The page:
LivED It is an ED original style where we write about our personal experiences on experiencing and reviewing any app/place/website which gives us a feeling of coming back for more.

DISCLAIMER: JUST FOR FUN, DON’T GET OFFENDED! And my family members- if you’re reading this, it doesn’t mean it’s OK to open an actual account for me now. Also, this account has since been deleted, and the men I chatted with were informed that it was a social experiment so that no one’s feelings were hurt. has come to be both a saviour for quickly-ageing-Indians-who-can’t-find-their-life-partner, and a matter of ridicule for others till they reach that point in their sorry lives.

As an experiment, I created a FAKE ACCOUNT on under the name “Rita Singh,” entering a fake age, North Indian community, and bio.

I didn’t even upload a profile picture.

Within minutes, I started getting requests to connect, and once I accepted, messages would start to pop in.

Creep Central

“Send your pic” was the most common demand. Of course, I refused, I didn’t want to share my own pictures even under a fake name, and I demurred, saying that I didn’t know them well enough, and didn’t want to share my personal pictures just yet, like a proper Bharatiya naari.

Most people lost interest in chatting after they couldn’t verify if I was pretty or not. Interestingly, these were the same people who began the chat with “Hai dear.”

The Bollywood Lover

There was another interesting conversation with a chap who had the whole “ardent lover” thing going on. He understood that it was “disrespectful to a woman to force her to share pics before she is ready” (his words, not mine), and that he would rather “get to know me for my personality.”

He asked about my family, community, and so on, and even though I provided the barest of details (because this was a social experiment, and I had no actual intention of getting married), he seemed undeterred.

Finally, he asked for my number and if we could meet and talk, simultaneously assuring me that he was all for women’s rights, and his mother had no problem with his wife working after marriage.

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I somehow found this very funny- it was like he was pulling out the big guns, trying to come across as the PROGRESSIVE INDIAN MAN who would not force his bride into a ghoonghat. It sounded like he was offering me candy, as if he was doing me a great favour by saying that I would be “allowed” to pursue MY OWN FREE WILL after marriage.

It is also interesting to note how he automatically assumed I would marry him after just a few questions.

At this point, I had to put the poor guy out of his misery and tell him that it was just a social experiment I was conducting, and I had no real intention of getting married.

After politely enquiring whether “Rita Singh” is fake, a fact which I confirmed, he wished me luck and disconnected.

And The Moral Of The Story Is…

Not only did this online adventure make me laugh a lot, it also gave me a good insight into the mindset of the “average Indian man” when it comes to marriage.

The first thing that a majority of the men I chatted with considered to be of prime importance was my looks– let’s not get into the fact that most of THEM hadn’t put up profile pictures, either.

With no way of verifying if I looked pretty or like the ghost from Pari, they quickly lost interest.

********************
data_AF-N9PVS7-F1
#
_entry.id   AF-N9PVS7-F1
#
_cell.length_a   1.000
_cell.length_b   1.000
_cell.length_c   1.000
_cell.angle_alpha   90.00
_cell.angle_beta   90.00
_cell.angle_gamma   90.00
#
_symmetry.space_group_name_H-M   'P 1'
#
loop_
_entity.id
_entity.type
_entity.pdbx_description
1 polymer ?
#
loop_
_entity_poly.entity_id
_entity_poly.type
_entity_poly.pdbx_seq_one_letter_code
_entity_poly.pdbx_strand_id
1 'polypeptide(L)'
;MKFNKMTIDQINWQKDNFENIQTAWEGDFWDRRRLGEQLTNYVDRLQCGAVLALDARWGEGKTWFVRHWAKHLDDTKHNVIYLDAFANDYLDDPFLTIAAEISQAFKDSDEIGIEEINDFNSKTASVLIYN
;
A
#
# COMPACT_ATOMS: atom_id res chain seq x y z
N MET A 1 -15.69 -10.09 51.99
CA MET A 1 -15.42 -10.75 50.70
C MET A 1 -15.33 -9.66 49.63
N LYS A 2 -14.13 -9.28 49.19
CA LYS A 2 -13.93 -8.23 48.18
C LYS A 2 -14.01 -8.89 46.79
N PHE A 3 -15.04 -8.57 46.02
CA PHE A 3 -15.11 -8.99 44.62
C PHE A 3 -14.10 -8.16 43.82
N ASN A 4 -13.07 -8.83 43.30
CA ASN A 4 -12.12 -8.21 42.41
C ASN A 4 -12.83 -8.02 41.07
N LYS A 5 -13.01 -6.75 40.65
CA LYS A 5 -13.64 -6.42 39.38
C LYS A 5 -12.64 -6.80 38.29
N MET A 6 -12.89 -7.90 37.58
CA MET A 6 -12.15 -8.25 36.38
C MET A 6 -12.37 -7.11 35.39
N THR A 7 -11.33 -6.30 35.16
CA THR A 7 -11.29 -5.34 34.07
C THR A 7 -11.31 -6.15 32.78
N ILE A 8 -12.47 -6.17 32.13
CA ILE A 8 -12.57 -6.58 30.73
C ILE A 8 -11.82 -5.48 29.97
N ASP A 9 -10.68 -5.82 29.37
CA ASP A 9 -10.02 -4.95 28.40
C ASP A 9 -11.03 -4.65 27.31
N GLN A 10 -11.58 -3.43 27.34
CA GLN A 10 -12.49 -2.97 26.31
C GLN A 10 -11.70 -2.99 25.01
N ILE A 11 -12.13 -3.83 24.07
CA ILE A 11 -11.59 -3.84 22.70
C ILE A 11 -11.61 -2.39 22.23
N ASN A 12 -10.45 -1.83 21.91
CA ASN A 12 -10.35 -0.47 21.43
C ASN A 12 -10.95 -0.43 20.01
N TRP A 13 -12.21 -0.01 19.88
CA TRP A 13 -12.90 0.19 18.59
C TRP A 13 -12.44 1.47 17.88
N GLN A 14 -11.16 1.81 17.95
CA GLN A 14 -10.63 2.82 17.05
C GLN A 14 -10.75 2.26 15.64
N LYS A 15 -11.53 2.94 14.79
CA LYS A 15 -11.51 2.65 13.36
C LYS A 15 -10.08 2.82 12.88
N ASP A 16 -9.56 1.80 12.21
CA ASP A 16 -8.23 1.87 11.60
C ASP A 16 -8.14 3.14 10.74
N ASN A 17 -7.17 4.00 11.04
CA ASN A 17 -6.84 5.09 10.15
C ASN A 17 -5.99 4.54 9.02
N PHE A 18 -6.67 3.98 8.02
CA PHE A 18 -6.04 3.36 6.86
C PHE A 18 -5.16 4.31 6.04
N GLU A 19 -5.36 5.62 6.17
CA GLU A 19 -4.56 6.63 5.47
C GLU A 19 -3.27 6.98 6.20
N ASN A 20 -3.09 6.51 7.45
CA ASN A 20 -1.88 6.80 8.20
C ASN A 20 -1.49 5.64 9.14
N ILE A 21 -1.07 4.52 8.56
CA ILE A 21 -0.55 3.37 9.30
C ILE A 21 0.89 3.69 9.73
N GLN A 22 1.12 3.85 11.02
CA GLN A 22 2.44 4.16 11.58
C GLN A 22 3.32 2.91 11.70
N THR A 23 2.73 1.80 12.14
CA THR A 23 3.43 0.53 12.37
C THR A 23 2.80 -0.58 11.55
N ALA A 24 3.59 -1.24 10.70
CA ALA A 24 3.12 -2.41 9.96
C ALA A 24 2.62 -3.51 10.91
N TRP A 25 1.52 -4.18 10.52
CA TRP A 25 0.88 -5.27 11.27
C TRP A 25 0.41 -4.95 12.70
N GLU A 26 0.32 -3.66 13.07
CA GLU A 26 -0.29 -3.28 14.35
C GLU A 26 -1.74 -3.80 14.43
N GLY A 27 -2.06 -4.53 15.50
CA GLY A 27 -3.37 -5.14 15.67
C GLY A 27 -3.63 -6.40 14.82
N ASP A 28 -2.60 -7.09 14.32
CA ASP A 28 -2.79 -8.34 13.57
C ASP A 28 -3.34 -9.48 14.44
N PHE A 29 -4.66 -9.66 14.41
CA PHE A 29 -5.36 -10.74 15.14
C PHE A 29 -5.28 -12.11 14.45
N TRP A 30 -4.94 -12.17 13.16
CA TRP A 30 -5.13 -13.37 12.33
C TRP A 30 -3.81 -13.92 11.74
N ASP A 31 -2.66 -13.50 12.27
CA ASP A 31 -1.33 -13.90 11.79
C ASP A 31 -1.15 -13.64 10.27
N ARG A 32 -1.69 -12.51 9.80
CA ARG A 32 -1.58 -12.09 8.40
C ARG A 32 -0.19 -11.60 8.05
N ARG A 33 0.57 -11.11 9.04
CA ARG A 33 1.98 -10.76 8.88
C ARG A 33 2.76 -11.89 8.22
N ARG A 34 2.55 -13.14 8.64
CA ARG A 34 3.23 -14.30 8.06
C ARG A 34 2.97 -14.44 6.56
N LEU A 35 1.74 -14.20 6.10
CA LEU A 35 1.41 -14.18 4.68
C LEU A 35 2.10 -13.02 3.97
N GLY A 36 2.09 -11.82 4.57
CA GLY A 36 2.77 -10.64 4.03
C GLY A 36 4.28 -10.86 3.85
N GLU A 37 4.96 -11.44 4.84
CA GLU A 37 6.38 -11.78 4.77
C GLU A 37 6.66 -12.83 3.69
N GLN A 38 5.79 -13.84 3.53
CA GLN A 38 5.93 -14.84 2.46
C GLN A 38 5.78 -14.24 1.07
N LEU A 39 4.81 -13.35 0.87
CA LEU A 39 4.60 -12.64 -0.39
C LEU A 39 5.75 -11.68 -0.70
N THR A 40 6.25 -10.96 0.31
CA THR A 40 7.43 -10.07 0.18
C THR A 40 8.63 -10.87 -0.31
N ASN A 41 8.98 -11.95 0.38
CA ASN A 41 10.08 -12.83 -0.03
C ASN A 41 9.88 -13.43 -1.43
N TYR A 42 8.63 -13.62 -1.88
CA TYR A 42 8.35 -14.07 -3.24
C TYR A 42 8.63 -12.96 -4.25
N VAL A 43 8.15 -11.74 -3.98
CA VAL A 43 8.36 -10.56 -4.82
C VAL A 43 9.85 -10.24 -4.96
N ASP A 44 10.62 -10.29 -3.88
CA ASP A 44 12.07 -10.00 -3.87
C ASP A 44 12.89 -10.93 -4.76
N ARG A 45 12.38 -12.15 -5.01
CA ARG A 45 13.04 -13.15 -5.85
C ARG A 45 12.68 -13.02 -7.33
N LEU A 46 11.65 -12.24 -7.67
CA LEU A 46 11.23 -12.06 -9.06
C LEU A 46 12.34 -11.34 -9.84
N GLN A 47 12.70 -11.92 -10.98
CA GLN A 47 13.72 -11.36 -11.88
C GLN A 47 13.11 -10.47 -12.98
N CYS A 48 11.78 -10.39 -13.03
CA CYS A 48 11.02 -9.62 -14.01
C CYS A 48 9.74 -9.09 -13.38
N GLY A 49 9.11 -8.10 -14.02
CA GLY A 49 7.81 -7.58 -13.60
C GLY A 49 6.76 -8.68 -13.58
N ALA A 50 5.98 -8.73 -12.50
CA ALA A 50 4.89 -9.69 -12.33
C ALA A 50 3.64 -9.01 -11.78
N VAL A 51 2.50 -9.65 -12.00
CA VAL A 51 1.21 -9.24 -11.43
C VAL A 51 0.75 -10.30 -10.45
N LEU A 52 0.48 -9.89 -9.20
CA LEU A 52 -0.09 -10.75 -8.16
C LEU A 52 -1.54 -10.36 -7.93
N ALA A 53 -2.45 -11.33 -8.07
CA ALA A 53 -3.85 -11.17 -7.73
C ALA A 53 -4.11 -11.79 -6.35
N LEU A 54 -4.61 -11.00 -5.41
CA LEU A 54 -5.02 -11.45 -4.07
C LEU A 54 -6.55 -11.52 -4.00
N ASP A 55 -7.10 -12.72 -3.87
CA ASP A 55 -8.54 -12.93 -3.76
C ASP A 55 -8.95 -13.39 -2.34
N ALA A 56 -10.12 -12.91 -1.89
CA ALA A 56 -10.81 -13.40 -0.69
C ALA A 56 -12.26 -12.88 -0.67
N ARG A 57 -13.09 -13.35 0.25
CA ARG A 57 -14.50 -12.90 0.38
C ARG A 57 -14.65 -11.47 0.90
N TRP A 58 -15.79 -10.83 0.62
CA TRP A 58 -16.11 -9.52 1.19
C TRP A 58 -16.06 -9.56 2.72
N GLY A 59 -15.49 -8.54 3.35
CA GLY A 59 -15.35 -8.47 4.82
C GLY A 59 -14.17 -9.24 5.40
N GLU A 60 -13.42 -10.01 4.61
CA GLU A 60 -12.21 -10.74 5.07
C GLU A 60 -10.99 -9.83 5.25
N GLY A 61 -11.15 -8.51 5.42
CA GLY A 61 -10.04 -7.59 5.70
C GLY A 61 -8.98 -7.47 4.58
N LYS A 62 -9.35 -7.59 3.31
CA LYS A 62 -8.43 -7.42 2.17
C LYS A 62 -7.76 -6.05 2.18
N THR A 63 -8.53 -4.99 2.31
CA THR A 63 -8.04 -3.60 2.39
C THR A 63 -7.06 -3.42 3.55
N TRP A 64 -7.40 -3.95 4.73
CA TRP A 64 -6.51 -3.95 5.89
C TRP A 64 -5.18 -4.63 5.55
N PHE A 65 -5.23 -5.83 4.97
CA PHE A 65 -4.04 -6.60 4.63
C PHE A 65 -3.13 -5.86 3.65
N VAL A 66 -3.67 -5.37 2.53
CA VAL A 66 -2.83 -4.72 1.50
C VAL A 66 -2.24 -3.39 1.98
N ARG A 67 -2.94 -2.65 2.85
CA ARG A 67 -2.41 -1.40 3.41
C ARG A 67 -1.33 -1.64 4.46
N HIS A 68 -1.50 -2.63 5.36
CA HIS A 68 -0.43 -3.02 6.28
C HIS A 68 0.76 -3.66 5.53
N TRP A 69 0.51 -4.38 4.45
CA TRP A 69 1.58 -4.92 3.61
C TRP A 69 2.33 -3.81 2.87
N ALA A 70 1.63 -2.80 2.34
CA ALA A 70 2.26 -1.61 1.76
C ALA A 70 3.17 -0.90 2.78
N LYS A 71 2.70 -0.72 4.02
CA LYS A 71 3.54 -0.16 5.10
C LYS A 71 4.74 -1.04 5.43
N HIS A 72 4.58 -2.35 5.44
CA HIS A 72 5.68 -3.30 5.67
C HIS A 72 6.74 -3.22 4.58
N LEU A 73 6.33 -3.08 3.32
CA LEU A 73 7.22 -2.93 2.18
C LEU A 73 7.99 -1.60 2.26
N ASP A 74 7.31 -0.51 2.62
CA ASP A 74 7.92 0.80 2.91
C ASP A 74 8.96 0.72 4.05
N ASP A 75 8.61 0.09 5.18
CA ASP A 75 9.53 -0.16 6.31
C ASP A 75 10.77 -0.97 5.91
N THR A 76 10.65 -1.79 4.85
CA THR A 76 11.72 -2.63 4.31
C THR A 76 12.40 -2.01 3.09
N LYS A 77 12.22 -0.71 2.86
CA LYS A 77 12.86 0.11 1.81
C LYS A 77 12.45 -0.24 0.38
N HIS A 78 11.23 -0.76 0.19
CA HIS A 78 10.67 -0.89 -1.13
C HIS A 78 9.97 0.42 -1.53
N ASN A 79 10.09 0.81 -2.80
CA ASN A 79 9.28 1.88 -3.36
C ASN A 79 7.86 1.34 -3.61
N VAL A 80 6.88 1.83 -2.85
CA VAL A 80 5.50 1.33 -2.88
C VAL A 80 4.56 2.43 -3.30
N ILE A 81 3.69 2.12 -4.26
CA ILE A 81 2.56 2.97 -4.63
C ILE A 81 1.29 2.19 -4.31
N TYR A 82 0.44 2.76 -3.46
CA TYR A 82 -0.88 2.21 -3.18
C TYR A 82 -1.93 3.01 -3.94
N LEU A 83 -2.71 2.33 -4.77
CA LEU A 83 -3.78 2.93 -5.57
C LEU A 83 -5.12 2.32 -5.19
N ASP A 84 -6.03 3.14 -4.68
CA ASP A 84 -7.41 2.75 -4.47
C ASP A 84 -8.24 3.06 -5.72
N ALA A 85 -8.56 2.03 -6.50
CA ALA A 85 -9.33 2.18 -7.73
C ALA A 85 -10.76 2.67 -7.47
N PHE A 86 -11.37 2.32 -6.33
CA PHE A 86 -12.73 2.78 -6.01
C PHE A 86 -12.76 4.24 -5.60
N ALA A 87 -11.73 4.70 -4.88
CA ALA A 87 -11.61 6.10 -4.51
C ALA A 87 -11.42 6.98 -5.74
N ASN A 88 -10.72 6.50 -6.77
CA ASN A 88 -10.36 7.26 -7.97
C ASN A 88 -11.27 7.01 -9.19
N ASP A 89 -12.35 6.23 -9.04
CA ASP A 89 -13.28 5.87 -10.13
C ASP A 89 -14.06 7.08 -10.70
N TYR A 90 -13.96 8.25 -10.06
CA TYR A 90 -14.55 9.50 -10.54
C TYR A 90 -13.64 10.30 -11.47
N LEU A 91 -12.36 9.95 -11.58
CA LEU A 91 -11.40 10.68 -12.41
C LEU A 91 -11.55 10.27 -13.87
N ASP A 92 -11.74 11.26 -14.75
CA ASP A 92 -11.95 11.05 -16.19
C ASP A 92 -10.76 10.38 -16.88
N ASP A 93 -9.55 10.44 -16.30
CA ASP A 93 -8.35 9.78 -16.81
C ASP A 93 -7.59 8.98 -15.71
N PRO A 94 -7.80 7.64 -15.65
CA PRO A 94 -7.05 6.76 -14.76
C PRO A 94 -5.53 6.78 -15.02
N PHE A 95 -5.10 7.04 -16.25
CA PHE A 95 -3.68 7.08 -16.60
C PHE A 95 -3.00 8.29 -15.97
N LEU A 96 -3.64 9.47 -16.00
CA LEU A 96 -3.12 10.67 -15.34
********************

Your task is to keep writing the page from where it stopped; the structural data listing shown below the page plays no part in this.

It’s the sad reality, folks: On the marriage market, looks DO matter!

My second observation was that the few who persisted with the chat even after I refused to lift the proverbial ghoonghat seemed to assume I would marry them instantly, after just a brief introduction. They didn’t feel it necessary to consider the fact that we barely knew each other- as long as I could talk and had lady parts, marriage was a go.

Maybe I’m wrong, but I think this is what desperation combined with male privilege looks like.

Anyway, this experience only proved that matrimonial sites aren’t the best place to meet your soul mate- you’re basically scraping the very bottom of the pan if you have to interact with shady people with a questionable use of grammar.

And of course, you might encounter the occasional fake profile like mine!

Image Credits: Google Images

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  1. Hahaha…I have a genuine profile, male and facing same problems, mostly fake profiles of women and male members managing profiles for the prospective bride with no chance of a direct conversation. On my side of story, its about money and location.
    When I say, I just earn enough for a good living instead of giving a five digit monthly paycheck figure, and that although I had a great career in big cities, I do not live and do not want to live in the messy polluted metros or become an NRI, there all the interest ends.
    Hypocrisy thy name is marriage market. :-)

  2. Lot of fake female profiles as well. has become a joke, regardless from which side you are looking at. Just remember one bad experience can change the trust in the entire process. Moreover there are people who are very serious about this and please spare them with these practical jokes.

  3. Topic was interesting, unfortunately analysis pretty shallow and generalised.

    If you just look at the negatives then you have it on both sides. Women earning a descent salary but looking for a someone with 10 times her income or an NRI etc. Then it would be safe to say women are gold diggers going by the authors logic.

    As for looks, it matter to an extent and I think anyone who says otherwise is a hypocrite.
    It’s not easy to get to know true personality of a person whichever way you try.

    Article had good scope but pretty disappointing.
    I guess negativity sells.


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